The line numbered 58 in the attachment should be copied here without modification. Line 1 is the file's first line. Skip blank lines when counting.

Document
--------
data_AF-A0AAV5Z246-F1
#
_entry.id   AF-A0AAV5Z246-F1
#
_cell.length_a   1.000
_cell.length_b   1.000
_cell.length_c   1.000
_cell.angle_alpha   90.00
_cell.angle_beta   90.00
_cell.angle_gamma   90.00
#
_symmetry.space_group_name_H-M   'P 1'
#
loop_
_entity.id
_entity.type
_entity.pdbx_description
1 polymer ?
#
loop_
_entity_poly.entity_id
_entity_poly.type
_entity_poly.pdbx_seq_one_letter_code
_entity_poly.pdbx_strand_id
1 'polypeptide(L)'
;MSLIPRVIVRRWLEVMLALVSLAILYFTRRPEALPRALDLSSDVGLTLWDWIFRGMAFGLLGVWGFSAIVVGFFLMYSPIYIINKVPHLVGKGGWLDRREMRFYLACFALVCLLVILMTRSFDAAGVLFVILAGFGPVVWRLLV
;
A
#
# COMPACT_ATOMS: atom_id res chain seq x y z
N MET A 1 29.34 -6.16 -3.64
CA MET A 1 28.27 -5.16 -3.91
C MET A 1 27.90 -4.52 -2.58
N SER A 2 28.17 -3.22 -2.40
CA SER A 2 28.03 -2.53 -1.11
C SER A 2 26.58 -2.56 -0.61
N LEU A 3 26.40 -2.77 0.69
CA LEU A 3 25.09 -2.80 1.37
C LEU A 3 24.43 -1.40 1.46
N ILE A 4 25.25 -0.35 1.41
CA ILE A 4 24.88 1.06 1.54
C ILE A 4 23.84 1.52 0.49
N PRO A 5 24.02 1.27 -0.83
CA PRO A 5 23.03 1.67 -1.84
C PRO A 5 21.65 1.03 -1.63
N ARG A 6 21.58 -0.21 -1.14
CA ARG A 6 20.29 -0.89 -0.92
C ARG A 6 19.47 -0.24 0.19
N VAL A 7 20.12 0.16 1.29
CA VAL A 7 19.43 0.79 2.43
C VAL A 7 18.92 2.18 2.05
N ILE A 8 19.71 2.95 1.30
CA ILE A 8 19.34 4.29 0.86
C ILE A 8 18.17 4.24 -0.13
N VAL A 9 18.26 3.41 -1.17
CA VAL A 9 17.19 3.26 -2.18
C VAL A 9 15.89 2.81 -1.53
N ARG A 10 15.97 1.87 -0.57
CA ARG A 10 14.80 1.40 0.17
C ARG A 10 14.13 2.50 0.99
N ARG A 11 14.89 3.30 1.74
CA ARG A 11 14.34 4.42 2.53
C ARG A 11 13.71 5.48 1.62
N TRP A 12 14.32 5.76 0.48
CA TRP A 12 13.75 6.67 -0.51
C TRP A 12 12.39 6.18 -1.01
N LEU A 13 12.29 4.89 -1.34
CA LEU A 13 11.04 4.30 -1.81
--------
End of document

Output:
N ARG A 10 15.97 1.87 -0.57